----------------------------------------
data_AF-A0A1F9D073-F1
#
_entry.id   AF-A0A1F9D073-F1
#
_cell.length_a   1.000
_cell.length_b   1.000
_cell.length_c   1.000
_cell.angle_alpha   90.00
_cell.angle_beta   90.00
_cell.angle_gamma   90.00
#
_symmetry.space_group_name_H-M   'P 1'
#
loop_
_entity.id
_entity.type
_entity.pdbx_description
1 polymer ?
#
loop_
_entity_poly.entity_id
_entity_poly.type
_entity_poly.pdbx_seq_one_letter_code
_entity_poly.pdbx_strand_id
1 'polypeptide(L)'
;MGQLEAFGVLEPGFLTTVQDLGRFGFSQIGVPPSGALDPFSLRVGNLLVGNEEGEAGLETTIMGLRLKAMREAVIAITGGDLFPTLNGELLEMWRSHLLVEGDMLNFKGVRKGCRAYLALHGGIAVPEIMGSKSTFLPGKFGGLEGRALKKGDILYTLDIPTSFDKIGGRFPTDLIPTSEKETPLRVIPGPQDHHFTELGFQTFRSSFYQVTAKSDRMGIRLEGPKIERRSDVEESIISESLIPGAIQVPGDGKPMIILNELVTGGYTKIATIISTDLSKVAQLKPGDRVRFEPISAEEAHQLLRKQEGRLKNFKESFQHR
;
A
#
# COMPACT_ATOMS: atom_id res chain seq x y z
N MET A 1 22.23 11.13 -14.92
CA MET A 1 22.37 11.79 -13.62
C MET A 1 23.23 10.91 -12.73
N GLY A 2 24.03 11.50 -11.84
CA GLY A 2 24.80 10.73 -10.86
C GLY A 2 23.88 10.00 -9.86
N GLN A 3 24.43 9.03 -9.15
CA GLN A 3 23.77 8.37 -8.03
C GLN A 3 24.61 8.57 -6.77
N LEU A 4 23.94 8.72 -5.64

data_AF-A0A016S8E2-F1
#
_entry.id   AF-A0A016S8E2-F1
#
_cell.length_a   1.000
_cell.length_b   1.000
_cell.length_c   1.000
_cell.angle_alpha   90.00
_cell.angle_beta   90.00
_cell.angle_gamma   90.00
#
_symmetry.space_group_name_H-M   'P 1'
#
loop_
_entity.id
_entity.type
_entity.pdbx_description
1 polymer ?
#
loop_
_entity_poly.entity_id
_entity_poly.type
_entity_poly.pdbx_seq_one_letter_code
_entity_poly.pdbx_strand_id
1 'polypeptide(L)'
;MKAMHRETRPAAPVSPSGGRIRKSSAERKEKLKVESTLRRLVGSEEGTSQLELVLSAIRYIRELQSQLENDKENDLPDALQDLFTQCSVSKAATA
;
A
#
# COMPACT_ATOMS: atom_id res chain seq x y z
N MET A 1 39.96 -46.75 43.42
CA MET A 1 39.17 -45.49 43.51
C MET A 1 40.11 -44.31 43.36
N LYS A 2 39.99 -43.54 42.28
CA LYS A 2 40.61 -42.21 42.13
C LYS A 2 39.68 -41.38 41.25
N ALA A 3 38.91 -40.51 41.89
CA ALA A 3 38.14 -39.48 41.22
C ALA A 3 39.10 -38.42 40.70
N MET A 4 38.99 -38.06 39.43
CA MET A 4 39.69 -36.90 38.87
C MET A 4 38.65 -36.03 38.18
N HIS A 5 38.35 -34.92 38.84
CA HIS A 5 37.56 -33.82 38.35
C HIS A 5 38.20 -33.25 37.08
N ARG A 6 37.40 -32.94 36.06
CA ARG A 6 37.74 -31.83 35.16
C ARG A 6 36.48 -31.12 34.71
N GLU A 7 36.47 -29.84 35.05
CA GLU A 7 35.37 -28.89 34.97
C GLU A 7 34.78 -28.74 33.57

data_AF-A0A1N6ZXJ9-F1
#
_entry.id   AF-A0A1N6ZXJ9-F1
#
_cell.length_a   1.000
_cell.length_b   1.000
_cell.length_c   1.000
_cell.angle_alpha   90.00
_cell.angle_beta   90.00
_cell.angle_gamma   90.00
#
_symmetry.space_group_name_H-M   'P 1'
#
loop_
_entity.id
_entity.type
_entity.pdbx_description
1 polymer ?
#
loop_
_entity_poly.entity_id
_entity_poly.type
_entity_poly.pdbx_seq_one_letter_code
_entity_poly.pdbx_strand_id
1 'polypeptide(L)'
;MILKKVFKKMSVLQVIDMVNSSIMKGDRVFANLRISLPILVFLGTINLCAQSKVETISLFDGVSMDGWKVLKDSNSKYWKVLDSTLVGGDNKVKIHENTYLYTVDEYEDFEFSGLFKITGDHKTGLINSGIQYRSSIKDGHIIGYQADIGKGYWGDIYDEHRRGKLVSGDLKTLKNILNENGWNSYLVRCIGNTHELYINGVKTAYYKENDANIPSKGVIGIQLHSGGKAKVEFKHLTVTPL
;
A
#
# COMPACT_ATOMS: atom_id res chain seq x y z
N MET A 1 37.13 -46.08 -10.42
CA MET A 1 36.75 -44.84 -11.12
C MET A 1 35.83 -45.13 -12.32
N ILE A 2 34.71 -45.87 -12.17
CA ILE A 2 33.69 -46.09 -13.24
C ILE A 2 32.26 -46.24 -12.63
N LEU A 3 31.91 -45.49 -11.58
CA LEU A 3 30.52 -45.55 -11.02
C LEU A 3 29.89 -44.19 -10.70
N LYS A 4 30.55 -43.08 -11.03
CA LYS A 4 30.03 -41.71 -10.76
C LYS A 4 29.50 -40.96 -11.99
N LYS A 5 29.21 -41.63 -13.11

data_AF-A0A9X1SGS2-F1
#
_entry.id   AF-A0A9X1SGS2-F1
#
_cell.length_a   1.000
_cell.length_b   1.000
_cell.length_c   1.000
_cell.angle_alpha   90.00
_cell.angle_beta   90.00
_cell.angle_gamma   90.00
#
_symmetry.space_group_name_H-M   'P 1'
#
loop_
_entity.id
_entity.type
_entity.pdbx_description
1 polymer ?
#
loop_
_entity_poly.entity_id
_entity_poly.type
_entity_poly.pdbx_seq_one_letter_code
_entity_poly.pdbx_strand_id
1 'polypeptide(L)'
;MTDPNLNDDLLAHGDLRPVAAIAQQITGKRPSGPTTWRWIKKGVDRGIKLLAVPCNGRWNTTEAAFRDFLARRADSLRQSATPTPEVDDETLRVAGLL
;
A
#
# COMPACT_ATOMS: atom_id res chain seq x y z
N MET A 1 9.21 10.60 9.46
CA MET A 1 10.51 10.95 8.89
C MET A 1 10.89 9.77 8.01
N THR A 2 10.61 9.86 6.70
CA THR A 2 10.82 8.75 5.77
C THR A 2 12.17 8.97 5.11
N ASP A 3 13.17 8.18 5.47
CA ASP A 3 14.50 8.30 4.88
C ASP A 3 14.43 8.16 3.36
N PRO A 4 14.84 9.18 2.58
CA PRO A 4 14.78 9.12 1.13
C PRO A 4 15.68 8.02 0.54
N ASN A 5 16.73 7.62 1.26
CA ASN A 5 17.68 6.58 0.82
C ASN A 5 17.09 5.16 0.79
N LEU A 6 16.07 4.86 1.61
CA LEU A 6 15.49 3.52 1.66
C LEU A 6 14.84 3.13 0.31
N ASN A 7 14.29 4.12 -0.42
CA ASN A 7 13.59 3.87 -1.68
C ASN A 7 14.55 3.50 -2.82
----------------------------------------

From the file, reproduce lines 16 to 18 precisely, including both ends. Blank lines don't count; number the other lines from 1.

_entity.type
_entity.pdbx_description
1 polymer ?